Alexander Cockburn, The Nation's "Beat the Devil" columnist and one of America's best-known radical journalists, was born in Scotland and grew up in Ireland. He graduated from Oxford in 1963 with a degree in English literature and language.
After two years as an editor at the Times Literary Supplement, he worked at the New Left Review and The New Statesman, and co-edited two Penguin volumes, on trade unions and on the student movement.
A permanent resident of the United States since 1973, Cockburn wrote for many years for The Village Voice about the press and politics. Since then he has contributed to many publications including The New York Review of Books, Harper's Magazine, The Atlantic Monthly and the Wall Street Journal (where he had a regular column from 1980 to 1990), as well as alternative publications such as In These Times and the Anderson Valley Advertiser.
How groundbreaking is research showing that Hispanics have a crime rate comparable to white Americans? Katha Pollitt and Alexander Cockburn debate.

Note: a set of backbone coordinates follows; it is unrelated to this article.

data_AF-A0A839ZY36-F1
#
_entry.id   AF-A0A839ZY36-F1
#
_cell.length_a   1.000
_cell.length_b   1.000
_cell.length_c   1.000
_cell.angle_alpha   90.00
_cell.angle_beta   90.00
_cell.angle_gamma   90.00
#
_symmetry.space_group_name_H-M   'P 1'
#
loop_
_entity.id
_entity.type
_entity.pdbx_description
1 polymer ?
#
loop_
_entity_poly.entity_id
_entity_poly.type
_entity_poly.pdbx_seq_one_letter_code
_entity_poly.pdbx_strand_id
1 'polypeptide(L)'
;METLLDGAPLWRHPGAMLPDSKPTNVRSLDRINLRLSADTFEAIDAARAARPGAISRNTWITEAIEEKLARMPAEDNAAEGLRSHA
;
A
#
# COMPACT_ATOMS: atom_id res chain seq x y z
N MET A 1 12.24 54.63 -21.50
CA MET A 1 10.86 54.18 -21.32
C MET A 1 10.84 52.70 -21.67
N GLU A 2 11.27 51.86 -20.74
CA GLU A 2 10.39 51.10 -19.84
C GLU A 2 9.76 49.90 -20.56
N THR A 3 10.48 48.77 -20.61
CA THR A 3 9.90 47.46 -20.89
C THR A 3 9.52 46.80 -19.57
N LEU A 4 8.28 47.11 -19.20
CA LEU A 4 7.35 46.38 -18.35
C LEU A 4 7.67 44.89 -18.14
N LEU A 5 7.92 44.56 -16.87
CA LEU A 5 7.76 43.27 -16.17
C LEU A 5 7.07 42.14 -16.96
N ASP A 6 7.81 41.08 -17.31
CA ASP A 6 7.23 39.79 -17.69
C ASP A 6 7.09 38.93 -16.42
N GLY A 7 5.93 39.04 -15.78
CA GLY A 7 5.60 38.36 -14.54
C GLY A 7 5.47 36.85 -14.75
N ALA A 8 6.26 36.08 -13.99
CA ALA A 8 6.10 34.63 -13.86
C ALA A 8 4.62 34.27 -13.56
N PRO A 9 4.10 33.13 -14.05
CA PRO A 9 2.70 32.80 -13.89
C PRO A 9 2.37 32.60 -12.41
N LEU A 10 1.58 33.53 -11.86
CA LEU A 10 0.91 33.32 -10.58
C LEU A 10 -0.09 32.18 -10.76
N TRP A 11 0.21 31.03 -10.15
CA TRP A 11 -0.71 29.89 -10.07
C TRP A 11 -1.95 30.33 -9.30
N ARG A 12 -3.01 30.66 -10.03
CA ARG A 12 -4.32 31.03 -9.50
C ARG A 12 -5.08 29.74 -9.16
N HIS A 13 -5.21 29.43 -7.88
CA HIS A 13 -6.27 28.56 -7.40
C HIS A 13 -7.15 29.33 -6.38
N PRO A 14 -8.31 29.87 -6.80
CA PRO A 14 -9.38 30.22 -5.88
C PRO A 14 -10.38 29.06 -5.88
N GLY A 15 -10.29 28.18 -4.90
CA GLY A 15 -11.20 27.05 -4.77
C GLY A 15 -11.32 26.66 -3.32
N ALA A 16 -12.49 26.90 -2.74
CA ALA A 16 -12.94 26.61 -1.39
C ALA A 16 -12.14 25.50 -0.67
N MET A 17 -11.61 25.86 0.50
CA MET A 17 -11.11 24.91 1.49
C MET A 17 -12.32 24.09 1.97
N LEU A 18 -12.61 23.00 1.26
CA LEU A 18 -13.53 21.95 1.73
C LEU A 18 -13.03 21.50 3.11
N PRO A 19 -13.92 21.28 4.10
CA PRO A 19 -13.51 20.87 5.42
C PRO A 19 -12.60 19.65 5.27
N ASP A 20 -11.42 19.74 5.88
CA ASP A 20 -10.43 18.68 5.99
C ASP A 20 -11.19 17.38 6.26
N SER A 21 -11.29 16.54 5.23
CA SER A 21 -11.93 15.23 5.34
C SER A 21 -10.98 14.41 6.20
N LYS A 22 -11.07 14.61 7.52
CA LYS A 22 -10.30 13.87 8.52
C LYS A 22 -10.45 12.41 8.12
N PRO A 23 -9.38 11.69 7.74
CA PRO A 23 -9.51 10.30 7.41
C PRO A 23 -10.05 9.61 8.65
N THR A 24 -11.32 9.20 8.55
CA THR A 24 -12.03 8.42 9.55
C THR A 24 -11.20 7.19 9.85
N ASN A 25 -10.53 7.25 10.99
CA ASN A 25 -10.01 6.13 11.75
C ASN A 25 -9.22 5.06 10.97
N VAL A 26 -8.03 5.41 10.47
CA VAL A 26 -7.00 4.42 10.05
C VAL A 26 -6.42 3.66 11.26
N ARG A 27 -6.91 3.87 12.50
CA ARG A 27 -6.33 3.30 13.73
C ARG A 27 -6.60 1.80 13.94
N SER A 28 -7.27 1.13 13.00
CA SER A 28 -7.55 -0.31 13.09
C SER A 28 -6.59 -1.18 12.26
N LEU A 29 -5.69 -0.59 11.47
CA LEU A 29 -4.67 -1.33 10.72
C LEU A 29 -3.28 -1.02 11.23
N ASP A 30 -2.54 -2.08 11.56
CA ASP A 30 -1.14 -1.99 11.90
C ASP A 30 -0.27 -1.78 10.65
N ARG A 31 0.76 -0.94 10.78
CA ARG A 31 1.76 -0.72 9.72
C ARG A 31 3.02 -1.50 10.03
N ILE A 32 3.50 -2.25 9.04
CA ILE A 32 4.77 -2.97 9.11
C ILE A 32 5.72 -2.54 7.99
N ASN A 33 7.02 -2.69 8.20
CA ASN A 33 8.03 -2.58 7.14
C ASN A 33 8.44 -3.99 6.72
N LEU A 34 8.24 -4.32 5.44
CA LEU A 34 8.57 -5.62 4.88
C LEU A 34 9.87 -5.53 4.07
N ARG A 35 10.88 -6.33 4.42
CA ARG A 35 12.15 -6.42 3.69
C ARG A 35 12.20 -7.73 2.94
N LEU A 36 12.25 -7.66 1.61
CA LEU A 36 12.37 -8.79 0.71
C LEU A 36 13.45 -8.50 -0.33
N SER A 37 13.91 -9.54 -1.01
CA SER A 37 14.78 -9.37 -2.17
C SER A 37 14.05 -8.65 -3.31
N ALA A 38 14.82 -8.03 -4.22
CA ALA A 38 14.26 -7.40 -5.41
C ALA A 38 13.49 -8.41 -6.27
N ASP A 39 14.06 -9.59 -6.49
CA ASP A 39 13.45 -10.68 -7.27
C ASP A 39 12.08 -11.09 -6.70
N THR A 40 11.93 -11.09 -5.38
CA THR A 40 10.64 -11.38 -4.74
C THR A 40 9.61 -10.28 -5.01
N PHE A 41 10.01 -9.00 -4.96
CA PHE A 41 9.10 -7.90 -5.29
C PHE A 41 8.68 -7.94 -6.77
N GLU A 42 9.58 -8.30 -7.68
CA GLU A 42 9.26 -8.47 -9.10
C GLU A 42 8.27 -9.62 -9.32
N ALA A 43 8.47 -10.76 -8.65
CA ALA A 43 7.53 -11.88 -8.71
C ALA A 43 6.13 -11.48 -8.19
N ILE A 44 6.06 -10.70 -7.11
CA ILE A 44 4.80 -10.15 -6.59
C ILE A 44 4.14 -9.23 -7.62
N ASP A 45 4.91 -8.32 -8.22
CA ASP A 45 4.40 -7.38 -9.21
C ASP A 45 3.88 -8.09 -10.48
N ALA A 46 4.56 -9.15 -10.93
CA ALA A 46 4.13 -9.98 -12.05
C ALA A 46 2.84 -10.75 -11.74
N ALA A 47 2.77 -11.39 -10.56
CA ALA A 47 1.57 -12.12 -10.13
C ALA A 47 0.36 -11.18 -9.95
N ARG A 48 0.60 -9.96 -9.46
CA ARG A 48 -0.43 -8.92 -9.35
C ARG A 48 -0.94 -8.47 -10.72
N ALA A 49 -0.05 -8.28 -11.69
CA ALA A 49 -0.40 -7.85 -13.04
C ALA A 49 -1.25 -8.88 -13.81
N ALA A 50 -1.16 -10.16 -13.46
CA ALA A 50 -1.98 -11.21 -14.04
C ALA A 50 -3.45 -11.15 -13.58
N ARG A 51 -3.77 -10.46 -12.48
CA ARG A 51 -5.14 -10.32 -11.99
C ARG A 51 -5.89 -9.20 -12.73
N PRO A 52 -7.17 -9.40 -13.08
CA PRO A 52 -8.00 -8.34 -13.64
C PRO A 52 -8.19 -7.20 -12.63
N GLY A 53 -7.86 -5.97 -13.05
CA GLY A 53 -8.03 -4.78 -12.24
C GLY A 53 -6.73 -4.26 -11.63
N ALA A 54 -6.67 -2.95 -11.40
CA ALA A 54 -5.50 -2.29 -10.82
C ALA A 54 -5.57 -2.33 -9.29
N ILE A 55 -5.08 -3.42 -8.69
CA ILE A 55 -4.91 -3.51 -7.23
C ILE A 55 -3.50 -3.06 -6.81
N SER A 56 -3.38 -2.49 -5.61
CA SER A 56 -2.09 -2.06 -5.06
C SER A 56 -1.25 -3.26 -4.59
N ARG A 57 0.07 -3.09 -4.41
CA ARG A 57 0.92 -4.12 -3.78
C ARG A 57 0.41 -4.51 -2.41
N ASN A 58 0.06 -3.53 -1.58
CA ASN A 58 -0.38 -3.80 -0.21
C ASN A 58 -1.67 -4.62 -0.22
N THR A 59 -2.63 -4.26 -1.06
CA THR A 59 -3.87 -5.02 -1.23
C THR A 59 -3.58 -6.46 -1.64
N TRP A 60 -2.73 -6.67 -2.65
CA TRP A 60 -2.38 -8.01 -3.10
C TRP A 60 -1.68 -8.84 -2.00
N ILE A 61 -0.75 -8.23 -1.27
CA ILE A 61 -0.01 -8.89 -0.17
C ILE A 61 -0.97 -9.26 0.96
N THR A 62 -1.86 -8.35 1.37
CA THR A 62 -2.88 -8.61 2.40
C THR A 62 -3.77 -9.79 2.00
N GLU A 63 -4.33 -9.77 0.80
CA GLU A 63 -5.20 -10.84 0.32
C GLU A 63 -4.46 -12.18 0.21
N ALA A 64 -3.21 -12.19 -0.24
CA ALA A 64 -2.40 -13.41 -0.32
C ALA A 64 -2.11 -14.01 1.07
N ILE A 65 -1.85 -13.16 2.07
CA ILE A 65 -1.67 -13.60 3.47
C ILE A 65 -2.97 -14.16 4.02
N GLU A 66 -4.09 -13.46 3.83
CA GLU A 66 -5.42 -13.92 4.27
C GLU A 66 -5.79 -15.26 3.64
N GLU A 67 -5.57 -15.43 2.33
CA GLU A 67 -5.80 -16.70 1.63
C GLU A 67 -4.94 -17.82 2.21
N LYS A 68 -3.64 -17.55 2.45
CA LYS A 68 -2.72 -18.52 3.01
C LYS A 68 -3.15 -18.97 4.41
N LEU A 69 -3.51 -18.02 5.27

A host of politicians and pundits would have you believe that Hispanic immigrants are to blame for an uptick in urban crime. They're wrong.
If a conclusive disrespecting of Genesis was required, wouldn't you think R. Crumb was the man for the job?
The leaked "Climategate" e-mails undermine climate activists' claim to the moral high ground.
The upcoming trial of Khalid Shaikh Mohammed is the best news for the print press since Monica Lewinsky.
Since the president took office, his administration has yielded one surrender after another.
Obsessions over sex have little to do with sexual behavior and everything to do with policing.
People shouldn't take Peace Prizes too seriously except under those rare circumstances when a prize committee somewhere gets it right.
Why the sudden disclosure of a secret uranium enrichment facility in Iran?